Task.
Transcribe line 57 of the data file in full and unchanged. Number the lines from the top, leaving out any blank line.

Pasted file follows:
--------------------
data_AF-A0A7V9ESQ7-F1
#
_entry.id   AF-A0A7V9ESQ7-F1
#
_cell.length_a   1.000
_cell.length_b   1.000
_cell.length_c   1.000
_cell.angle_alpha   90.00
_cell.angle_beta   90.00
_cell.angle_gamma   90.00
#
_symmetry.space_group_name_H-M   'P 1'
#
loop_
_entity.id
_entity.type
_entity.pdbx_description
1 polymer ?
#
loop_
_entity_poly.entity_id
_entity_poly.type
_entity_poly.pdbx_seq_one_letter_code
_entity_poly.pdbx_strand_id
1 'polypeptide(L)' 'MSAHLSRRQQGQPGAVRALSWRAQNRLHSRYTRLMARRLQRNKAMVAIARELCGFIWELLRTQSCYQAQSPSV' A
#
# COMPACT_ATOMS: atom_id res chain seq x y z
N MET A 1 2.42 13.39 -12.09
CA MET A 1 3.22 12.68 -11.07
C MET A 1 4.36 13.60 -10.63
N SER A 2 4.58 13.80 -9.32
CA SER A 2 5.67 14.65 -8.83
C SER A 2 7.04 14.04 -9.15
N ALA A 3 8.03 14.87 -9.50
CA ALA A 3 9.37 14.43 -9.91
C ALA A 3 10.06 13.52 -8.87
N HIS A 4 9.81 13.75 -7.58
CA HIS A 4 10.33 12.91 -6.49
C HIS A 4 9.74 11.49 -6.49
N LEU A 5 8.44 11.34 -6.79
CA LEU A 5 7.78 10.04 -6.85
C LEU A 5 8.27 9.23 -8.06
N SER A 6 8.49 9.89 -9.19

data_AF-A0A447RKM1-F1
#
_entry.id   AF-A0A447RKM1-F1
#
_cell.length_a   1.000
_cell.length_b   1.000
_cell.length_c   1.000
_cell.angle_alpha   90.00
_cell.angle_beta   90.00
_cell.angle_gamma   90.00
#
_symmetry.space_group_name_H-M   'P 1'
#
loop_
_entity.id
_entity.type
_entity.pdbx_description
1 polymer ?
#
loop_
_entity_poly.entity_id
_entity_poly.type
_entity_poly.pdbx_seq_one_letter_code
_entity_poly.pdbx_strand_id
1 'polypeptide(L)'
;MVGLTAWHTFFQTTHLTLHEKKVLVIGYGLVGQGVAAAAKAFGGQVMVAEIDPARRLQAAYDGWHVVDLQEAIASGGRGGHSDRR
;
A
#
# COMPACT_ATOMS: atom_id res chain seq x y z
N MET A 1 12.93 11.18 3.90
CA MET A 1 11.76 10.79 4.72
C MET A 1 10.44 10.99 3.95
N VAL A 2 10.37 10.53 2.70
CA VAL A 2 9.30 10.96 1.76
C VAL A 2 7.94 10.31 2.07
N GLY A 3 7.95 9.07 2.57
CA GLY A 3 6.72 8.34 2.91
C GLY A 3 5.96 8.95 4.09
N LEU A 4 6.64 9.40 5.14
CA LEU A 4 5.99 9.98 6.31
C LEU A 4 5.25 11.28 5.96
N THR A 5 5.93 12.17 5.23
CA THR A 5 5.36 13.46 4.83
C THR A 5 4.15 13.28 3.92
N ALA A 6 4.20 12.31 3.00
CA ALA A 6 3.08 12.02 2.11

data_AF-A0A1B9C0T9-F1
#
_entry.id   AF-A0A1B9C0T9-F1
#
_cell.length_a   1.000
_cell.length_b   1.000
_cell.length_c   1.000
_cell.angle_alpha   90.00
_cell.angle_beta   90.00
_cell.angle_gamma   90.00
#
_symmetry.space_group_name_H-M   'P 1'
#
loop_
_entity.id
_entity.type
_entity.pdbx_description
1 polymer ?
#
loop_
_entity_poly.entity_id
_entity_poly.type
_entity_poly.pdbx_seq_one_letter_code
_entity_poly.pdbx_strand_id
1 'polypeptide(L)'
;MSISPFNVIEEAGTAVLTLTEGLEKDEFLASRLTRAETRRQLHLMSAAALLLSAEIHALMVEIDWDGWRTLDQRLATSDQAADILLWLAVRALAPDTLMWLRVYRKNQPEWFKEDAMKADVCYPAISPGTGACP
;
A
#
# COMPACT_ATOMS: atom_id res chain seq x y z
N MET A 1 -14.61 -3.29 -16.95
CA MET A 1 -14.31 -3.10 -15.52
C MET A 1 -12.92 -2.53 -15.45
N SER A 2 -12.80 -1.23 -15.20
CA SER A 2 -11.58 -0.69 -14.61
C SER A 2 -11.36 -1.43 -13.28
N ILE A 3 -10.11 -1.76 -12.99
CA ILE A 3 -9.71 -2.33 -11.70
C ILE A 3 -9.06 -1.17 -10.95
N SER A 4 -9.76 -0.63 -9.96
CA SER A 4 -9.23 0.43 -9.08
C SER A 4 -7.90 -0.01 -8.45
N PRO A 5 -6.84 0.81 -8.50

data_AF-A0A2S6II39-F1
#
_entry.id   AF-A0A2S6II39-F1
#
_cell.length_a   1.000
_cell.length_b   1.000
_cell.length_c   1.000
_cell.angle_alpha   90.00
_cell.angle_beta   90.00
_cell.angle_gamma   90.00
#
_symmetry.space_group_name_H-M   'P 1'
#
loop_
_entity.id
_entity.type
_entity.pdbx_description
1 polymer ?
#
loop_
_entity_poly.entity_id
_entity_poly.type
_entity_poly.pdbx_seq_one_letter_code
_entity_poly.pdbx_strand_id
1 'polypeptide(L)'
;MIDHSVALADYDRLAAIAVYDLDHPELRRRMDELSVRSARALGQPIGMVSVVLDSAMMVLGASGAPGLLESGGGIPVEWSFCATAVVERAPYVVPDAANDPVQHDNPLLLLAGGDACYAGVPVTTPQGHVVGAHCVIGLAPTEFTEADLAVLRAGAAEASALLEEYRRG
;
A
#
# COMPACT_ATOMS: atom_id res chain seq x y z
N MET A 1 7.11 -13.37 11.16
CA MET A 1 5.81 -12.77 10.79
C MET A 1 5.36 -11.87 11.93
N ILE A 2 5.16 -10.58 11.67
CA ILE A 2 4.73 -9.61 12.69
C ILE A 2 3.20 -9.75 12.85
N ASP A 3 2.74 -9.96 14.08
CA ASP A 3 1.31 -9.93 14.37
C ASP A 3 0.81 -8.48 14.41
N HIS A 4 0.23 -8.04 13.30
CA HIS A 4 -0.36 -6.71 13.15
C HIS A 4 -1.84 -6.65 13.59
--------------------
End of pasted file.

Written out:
loop_